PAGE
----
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Tuesday, May 30 • 2:00pm - 2:30pm
(Textiles) You Say You Want a Revolution? An Innovative, Low-Tack Adhesive Treatment for 18th-Century Silk Flags

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Flags and banners are our most patriotic national textiles. Often made of silk or thin wool bunting, they can be extremely fragile and require advanced conservation techniques for their preservation. 18th-century flags—scant few of which exist in the United States—present their own set of considerations. Revolutionary War-era flags are frequently painted and over-painted with oil-based, distemper, or other water-based paint that may have physically or chemically compromised the ground silk and resulted in flaking paint or loss of original material. American Revolutionary War-era silk flags can be remarkably sound compared to 19th-century silk flags; however they are frequently distorted and dished from use and display, presenting challenges for mounting. Due to these and other condition issues, conservators at Museum Textile Services have endeavored to find new techniques for safely stabilizing and mounting 18th-century silk flags. Our latest method is reversible, requires minimal handling and flipping of the flag, is successful with or without a sheer overlay, and is more time efficient. This presentation will illustrate this innovation with two c 1780 flags conserved in 2016, the Third Connecticut flag belonging to the New York Historical Society, and the Bucks of America flag belonging to the Massachusetts Historical Society and now on exhibit at the National Museum of African American History and Culture. Pros and cons of this technique compared to other conventional methods of lining and mounting flags and banners will be discussed. Applications of this revolutionary labor- and resource-saving treatment to the conservation of other textiles will also be clearly illustrated.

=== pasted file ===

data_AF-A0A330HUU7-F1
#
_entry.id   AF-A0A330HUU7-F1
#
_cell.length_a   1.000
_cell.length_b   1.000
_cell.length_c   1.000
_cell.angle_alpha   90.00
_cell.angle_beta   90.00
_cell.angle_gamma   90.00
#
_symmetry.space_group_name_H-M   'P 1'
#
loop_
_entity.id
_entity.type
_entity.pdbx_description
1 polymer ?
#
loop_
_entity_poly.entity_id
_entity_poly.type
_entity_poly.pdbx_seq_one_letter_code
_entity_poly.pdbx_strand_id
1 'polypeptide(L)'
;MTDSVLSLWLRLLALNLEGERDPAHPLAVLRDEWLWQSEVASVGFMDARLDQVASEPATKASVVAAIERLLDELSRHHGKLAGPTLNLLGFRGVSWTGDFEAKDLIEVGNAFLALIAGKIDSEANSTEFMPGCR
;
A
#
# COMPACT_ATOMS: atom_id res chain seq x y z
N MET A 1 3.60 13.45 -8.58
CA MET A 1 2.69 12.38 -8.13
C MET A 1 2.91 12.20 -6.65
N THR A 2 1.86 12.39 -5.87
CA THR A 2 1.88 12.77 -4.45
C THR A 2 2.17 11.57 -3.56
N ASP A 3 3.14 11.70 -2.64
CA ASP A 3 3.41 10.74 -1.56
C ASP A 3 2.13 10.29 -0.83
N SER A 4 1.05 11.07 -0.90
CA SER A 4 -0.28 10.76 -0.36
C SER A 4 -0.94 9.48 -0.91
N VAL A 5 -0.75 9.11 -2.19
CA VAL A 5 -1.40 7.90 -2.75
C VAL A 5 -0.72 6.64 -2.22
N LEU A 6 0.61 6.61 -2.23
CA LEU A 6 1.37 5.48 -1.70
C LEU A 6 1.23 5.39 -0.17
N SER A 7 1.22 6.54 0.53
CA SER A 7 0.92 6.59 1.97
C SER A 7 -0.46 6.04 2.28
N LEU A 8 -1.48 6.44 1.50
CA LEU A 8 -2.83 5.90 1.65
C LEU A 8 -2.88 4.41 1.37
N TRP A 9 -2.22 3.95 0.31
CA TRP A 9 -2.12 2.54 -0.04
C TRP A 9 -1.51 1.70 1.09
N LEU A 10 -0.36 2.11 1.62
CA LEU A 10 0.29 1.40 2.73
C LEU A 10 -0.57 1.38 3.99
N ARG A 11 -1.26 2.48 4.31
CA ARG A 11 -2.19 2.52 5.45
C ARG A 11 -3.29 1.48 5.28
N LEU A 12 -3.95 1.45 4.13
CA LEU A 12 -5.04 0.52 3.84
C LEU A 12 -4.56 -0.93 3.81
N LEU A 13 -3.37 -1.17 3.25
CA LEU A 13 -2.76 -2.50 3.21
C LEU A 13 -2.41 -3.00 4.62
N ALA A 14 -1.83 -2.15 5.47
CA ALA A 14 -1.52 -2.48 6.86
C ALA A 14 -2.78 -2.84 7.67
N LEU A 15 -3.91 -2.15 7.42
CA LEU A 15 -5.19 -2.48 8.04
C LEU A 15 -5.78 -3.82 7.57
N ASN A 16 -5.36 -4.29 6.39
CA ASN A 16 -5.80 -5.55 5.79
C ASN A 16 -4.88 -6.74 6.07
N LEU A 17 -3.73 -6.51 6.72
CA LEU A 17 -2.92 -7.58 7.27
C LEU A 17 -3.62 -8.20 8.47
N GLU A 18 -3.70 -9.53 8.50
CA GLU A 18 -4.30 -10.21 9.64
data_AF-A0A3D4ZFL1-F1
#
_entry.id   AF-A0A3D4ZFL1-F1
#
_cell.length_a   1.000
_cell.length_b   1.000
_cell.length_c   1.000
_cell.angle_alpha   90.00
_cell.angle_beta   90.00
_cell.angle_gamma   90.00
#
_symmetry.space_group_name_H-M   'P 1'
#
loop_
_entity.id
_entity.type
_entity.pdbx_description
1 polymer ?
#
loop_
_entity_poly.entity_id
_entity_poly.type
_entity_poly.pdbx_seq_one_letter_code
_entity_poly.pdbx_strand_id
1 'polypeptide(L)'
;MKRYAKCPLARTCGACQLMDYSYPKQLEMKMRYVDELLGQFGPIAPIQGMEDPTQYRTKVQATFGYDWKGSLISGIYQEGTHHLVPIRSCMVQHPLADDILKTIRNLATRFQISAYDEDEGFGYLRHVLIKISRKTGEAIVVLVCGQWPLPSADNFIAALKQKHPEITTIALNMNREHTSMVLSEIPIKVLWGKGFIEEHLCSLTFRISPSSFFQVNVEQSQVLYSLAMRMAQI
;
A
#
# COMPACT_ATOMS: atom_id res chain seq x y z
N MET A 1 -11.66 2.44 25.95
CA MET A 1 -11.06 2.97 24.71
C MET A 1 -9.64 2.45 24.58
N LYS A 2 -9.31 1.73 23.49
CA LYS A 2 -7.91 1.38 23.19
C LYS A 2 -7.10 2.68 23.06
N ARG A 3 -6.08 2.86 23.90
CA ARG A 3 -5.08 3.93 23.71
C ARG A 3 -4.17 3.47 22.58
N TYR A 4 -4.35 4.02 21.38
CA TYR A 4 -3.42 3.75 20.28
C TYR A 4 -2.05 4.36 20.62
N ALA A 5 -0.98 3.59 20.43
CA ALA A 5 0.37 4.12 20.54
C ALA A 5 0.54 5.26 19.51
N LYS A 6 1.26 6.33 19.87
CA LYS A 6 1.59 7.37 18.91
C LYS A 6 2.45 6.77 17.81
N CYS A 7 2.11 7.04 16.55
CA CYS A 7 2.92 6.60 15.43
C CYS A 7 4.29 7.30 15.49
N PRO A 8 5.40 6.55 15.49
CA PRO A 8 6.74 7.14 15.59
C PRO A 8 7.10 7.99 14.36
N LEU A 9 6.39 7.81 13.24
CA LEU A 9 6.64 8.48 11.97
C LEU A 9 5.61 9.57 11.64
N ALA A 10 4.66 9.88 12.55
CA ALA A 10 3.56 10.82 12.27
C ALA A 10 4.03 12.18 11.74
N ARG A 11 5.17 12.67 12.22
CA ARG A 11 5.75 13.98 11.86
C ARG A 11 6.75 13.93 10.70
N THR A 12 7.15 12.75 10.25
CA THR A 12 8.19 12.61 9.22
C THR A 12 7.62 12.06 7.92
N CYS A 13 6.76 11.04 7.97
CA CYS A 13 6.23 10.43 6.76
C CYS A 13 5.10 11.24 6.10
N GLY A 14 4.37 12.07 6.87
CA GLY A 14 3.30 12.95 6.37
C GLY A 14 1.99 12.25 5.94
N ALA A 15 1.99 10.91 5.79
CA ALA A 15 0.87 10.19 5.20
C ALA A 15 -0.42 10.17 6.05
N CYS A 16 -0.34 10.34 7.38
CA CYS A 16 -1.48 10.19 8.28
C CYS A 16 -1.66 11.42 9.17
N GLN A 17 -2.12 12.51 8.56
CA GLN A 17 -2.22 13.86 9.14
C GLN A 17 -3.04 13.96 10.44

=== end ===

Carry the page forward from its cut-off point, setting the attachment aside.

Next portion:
avatar for Camille Myers Breeze-[Fellow]

Camille Myers Breeze-[Fellow]

Director & Chief Conservator, Museum Textile Services
Camille Myers Breeze began her textile conservation career in 1989 at the Textile Conservation Workshop in South Salem, New York. After earning a BA in Art History from Oberlin College, she received an MA in Museum Studies: Costume and Textiles Conservation from the State University... Read More →

Tuesday May 30, 2017 2:00pm - 2:30pm
Crystal Ballroom C Lobby Level, West Tower

Attendees (105)